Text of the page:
A Swatch is Sublime? How can taking extra time to knit something you will not otherwise use, save time? This intriguing step is so often overlooked! I was talking to a former Editor I used to work with. We had a pretty wide ranging conversation, mostly around knitting.
Sublime Swatch Conversation
The Editor says she’s not really a swatch-er. I say, most people aren’t. Editor says, Probably 25% of knitters don’t swatch. I say, No. More like 75 to 80% of knitters don’t swatch! I like challenges. I am setting out to convince knitters that this is a path they should consider going down more often. That to swatch is sublime, it may save time, and it will help you see your knitting in entirely new says! She signed up for my Swatch Workshop.
How a Swatch Becomes Sublime
When I swatch it is like opening a new book: I meet the characters, the setting is laid out, and the action then unfolds. Sometimes the action is predictable and that is comforting. Other times, the characters and the action take unexpected turns, and that is exciting and sometimes unsettling. A swatch allows me to have this sort of interaction with my yarn, stitch pattern, and shape of my piece. It can be exciting. It is sometimes revelatory. Other times, it just confirms my assumptions. Sometimes I discover that the project isn’t for me. But because a swatch is sublime, it will likely reveal to me which element of the equation isn’t working. This means I can decide on a course of action based on what the swatch is telling me.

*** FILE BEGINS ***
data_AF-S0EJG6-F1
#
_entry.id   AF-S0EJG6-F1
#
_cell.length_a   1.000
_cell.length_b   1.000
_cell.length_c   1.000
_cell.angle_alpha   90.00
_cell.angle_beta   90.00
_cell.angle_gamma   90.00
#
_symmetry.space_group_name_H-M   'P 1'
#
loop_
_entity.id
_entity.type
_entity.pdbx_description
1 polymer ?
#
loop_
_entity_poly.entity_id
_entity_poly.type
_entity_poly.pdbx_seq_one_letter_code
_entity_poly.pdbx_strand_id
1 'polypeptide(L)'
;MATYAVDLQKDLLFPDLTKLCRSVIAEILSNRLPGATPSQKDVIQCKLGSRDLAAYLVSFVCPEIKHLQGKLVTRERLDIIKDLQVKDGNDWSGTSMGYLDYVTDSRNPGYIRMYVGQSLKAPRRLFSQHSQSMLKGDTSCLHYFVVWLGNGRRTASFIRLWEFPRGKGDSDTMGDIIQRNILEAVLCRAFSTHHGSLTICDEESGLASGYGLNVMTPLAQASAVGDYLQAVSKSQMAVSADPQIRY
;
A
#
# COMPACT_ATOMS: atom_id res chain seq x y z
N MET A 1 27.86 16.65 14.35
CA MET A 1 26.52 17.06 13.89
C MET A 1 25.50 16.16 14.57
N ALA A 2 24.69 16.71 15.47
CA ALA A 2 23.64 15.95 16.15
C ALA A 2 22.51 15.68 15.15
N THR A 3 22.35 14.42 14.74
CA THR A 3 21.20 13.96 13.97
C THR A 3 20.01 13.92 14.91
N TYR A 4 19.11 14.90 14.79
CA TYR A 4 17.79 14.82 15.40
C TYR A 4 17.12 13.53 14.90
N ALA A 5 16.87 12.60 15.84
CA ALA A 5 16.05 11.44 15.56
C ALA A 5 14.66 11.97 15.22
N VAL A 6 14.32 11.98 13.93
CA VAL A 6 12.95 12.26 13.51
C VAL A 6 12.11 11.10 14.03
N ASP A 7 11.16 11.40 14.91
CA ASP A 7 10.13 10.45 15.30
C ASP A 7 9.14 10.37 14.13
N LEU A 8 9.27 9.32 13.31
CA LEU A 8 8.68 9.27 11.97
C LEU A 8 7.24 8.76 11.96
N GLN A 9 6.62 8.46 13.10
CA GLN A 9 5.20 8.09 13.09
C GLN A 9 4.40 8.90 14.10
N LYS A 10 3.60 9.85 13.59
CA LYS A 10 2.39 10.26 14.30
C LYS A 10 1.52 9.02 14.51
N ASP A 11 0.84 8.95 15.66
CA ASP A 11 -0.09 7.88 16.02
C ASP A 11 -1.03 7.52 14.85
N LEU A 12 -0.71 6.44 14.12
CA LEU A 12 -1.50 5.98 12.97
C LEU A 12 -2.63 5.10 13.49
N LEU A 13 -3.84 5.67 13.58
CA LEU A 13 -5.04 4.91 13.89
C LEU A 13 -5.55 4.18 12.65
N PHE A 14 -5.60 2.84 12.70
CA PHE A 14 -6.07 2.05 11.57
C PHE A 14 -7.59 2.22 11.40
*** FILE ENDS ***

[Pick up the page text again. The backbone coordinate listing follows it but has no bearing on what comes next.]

Not the right yarn? Not the right stitch pattern? Not the right needle? Hate the instructions? Most of the elements of a project are revealed during the sublime swatching period and can be addressed–or not.
Sublime Swatch Workshop
Want to know more? I am offering my four-week May 2017 Swatch Workshop beginning May 1. Registration will close at midnight on April 26 to allow me time to get you set up so you can begin the Swatch workshop prepared and ready to knit! Four weeks for only $40.
What you discover will be sublime, but there is a lot of knitting. Knitting is one of the few things we do where absolutely no corners can be cut: each stitch has to be made, according to instruction or vision, and sometimes those stitches must be made more than once! A knitting project of any size requires us to allocate resources–time, yarn, and money; let me help you make sure you are allocating wisely.
Join me for my May 2017 Swatch Workshop. I may never convince you that making a swatch is sublime, but you will love all the discoveries you make.
Want to learn more about plant fibers? Join me June 3 to 7 for a week on Plant Fibers.